Red Hat Enterprise Linux uses two methods to manage and display fonts under X. The newer Fontconfig font subsystem simplifies font management and provides advanced display features, such as anti-aliasing. This system is used automatically for applications programmed using the Qt 3 or GTK+ 2 graphical toolkit.
For compatibility, Red Hat Enterprise Linux includes the original font subsystem, called the core X font subsystem. This system, which is over 15 years old, is based around the X Font Server (xfs).
This section discusses how to configure fonts for X using both systems.
The Fontconfig font subsystem allows applications to directly access fonts on the system and use Xft or other rendering mechanisms to render Fontconfig fonts with advanced anti-aliasing. Graphical applications can use the Xft library with Fontconfig to draw text to the screen.
Over time, the Fontconfig/Xft font subsystem replaces the core X font subsystem.
The Fontconfig font subsystem does not yet work for OpenOffice.org, which uses its own font rendering technology.
It is important to note that Fontconfig uses the /etc/fonts/fonts.conf configuration file, and should not be edited by hand.
Due to the transition to the new font system, GTK+ 1.2 applications are not affected by any changes made via the Font Preferences dialog (accessed by selecting Main Menu Button [on the Panel] => Preferences => Font). For these applications, a font can be configured by adding the following lines to the file ~/.gtkrc.mine:
Replace <font-specification> with a font specification in the style used by traditional X applications, such as -adobe-helvetica-medium-r-normal--*-120-*-*-*-*-*-*. A full list of core fonts can be obtained by running xlsfonts or created interactively using the xfontsel command.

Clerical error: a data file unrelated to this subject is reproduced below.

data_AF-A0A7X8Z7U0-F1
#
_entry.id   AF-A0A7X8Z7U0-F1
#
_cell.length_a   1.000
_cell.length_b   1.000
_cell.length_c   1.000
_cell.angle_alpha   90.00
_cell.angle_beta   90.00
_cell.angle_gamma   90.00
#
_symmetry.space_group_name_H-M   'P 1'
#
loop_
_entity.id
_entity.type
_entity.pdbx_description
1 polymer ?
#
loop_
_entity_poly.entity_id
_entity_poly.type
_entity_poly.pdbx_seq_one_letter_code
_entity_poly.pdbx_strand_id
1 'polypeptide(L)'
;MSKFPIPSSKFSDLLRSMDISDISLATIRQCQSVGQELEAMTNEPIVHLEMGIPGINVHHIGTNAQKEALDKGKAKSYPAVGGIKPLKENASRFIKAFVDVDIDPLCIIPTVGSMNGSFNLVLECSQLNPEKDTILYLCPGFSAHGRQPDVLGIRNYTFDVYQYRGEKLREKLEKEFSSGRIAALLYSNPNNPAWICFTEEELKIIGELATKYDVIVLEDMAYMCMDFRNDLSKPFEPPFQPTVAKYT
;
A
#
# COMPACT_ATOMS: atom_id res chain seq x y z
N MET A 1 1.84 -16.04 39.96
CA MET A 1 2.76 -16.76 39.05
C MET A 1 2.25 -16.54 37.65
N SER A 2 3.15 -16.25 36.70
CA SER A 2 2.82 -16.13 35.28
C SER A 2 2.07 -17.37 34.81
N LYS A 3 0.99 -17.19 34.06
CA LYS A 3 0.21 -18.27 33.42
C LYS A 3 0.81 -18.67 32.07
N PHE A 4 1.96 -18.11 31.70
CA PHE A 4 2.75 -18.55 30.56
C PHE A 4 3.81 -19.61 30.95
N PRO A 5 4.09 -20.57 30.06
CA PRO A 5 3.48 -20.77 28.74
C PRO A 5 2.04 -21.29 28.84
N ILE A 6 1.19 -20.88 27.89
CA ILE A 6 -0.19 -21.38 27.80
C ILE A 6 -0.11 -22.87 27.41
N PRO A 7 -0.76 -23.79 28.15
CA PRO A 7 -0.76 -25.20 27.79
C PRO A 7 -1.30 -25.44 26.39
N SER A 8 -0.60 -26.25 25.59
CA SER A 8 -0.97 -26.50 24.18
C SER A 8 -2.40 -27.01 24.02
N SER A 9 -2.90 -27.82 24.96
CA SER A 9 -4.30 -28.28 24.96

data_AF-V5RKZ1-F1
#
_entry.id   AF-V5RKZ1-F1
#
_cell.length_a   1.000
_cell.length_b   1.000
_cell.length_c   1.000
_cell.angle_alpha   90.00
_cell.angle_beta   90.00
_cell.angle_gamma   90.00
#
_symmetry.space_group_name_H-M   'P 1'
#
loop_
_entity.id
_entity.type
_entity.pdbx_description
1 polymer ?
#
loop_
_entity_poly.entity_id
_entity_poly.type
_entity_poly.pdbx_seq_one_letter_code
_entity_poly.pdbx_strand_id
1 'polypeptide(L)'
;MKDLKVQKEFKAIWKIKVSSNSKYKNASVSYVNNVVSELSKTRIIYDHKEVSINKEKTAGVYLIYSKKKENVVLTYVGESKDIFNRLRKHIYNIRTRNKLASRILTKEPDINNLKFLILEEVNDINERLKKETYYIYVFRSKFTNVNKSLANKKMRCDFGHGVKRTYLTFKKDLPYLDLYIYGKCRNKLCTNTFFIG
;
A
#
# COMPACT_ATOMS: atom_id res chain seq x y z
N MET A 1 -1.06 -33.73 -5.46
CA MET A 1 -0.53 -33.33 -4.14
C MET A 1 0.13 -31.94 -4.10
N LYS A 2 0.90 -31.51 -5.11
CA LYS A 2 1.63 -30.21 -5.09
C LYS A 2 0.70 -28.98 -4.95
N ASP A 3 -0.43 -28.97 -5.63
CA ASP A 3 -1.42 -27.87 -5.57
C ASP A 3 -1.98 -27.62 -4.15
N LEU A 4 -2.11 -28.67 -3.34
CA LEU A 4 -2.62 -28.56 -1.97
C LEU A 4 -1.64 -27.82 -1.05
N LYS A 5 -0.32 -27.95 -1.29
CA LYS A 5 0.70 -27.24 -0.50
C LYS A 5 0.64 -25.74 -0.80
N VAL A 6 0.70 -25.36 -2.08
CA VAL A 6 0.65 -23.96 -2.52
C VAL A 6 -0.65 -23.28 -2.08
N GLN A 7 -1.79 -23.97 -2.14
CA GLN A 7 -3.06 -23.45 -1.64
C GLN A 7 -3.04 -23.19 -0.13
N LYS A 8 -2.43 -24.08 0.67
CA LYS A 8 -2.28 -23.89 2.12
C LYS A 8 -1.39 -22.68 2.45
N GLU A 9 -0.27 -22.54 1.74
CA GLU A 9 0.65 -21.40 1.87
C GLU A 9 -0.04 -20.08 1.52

Adding new fonts to the Fontconfig subsystem is a straightforward process.
To add fonts system-wide, copy the new fonts into the /usr/share/fonts/ directory. It is a good idea to create a new subdirectory, such as local/ or similar, to help distinguish between user and default installed fonts.
To add fonts for an individual user, copy the new fonts into the .fonts/ directory in the user's home directory.
Use the fc-cache command to update the font information cache, as in the following example:
In this command, replace <path-to-font-directory> with the directory containing the new fonts (either /usr/share/fonts/local/ or /home/<user>/.fonts/).
Individual users may also install fonts graphically, by typing fonts:/// into the Nautilus address bar, and dragging the new font files there.
If the font file name ends with a .gz extension, it is compressed and cannot be used until uncompressed. To do this, use the gunzip command or double-click the file and drag the font to a directory in Nautilus.
For compatibility, Red Hat Enterprise Linux provides the core X font subsystem, which uses the X Font Server (xfs) to provide fonts to X client applications.
The X server looks for a font server specified in the FontPath directive within the Files section of the /etc/X11/xorg.conf configuration file. Refer to Section 220.127.116.11 Files for more information about the FontPath entry.